“This ain’t a song about bottles in the club / This is about a role model filled with love. / A teacher, a preacher, with guidance from above.” So begins the rap song “I Believe in Jesus” by Mo Sabri, a Muslim from Johnson City, Tennesee.
Sabri introduces the song’s music video with:
The angels said, ‘O Mary, indeed God gives you good tidings of a word from Him, whose name shall be the Messiah, Jesus, the son of Mary.’ (Quran 3:45)
Here’s a hip video, by a nice young gentleman wearing a starched shirt and a tie, about a radical commitment to following Jesus with one’s life, not just in words. Sabri’s isn’t a mushy attempt to paint Jesus as just a “nice guy” like the rest of us.
Instead Sabri sings about human weakness and sin, and our need for Jesus. He identifies Jesus as:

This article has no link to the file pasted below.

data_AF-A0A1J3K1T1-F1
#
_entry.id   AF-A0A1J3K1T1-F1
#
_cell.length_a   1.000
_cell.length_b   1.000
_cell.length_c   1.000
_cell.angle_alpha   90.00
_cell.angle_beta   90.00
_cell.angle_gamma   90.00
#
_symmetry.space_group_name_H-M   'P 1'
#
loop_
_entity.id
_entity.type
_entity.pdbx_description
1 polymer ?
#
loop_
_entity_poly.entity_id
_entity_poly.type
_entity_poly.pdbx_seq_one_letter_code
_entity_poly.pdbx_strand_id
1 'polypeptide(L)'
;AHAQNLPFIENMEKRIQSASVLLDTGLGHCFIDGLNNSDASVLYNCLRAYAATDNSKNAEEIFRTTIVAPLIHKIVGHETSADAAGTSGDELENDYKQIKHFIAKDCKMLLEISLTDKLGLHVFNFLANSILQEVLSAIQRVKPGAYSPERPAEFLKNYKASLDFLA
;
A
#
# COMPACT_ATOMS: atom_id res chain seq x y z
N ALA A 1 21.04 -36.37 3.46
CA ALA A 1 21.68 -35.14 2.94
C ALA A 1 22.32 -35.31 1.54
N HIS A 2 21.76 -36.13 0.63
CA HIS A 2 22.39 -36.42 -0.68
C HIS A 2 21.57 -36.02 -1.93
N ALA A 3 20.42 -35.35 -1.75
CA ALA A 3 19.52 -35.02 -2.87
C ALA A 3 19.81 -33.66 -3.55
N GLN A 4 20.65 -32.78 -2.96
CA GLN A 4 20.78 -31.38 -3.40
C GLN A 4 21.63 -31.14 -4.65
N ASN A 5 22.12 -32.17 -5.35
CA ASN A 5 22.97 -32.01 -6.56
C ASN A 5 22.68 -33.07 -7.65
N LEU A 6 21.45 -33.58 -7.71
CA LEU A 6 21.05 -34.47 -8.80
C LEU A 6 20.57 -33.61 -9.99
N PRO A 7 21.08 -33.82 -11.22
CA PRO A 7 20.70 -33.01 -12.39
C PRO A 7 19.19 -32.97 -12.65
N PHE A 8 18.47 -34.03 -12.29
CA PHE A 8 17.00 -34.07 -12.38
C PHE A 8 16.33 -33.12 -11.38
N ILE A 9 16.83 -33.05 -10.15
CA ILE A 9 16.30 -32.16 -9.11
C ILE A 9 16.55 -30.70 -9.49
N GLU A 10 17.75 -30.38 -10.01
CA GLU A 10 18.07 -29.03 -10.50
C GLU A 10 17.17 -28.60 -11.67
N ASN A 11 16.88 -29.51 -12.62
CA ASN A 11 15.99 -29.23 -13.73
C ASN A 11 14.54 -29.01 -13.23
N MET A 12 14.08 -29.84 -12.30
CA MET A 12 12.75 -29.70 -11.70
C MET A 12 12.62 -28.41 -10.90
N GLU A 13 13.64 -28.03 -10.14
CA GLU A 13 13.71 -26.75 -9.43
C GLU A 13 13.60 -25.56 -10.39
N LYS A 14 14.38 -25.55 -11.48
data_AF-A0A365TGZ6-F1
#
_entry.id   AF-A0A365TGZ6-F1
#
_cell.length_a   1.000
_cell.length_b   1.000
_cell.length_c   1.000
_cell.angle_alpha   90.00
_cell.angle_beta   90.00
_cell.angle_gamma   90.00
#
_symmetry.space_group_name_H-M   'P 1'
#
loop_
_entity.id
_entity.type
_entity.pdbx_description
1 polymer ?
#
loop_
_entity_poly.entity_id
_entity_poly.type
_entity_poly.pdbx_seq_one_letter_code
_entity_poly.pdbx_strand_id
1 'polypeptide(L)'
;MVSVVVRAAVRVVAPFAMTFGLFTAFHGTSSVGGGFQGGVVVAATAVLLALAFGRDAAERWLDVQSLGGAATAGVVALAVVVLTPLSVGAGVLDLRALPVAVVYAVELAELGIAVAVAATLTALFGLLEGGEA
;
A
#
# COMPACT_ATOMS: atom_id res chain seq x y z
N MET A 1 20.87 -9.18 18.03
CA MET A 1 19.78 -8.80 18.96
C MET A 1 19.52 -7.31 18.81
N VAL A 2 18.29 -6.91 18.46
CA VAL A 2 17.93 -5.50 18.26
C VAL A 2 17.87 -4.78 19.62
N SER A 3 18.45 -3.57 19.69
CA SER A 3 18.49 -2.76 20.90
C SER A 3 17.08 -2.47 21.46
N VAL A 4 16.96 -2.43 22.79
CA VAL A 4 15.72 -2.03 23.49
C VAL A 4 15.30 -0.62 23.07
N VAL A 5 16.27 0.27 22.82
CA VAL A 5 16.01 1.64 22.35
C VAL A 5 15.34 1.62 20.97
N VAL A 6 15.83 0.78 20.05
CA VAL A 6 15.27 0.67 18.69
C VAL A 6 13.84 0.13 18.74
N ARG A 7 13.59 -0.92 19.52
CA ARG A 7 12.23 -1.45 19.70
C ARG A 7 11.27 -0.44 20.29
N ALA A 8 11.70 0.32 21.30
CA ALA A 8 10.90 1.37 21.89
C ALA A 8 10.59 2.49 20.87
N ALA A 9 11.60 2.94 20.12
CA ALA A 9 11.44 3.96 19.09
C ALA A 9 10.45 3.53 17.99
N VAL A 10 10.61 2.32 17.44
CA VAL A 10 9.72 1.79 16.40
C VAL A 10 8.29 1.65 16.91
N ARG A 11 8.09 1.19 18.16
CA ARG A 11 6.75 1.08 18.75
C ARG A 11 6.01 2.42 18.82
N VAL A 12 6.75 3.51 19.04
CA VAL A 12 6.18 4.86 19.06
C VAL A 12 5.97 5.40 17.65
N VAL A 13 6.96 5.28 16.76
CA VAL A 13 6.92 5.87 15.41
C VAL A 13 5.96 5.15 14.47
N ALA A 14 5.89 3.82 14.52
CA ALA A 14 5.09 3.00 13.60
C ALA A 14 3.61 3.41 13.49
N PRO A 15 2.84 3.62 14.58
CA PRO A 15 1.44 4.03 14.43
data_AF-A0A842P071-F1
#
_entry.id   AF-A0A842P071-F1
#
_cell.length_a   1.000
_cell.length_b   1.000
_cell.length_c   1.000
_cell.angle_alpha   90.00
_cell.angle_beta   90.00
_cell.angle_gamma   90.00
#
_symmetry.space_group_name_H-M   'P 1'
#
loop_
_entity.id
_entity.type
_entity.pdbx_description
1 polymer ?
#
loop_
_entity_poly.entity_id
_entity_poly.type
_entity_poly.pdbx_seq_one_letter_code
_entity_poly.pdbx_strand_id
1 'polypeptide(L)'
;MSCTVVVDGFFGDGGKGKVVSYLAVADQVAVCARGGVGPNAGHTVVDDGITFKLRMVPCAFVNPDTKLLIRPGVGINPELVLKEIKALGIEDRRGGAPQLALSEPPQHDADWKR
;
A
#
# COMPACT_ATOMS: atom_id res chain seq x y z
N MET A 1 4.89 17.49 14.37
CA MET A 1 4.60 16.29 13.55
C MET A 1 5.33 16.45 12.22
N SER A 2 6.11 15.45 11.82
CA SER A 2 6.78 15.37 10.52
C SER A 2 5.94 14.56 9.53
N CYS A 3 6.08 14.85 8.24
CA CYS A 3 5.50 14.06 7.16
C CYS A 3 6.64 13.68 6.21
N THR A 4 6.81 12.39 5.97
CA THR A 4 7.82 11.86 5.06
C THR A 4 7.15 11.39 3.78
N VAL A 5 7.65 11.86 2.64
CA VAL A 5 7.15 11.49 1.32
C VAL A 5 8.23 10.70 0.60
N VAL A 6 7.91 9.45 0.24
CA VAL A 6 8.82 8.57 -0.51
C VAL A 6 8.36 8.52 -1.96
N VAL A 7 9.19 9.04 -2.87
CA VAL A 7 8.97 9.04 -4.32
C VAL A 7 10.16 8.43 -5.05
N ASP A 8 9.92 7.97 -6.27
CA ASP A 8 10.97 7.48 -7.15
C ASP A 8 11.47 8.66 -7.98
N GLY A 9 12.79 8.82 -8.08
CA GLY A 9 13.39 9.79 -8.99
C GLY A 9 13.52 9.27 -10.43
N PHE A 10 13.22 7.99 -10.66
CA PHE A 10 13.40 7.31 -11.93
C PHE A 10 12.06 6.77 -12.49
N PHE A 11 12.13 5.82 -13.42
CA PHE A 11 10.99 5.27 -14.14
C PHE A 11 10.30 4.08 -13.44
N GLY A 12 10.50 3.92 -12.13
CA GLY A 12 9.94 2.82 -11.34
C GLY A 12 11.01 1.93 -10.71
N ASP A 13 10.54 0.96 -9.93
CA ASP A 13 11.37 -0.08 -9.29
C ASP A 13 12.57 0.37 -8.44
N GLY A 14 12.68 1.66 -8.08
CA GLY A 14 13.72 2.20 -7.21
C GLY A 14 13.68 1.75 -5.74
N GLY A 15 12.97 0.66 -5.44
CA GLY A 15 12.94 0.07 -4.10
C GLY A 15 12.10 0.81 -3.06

The son of a virgin, they say it is illogical,
probably improbable, but God made it possible.
Gabriel told Mary that her son would be phenomenal,
His voice was always audible, the opposite of prodigal,
He overcame the obstacles, people attacking him.
He was a walking hospital, with heathen he was compassionate.
He healed the sick, raised the dead. Shout out to Lazarus.
I’m talkin’ about Jesus of Nazareth.
Are there other Muslims who chant about beheading Christians? Yep. But they’re not the whole story. Listen to what Mo Sabri has to say, what he sings. He is part of the story of what it means to be Muslim today, and out of his faith he is engaging his culture to offer a way forward which is more beautiful than “bottles in the club,” namely one led by “guidance from above.”
The video makes no claim Christians and Muslims should or even could gloss over our differences about who Jesus is. But he highlights a shared belief that Jesus came, divinely, to teach us radical love. Sabri’s music video “I Believe in Jesus” ends with a quote from Hans Urs von Balthasar, “Even if a unity of faith is not possible, a unity of love is.”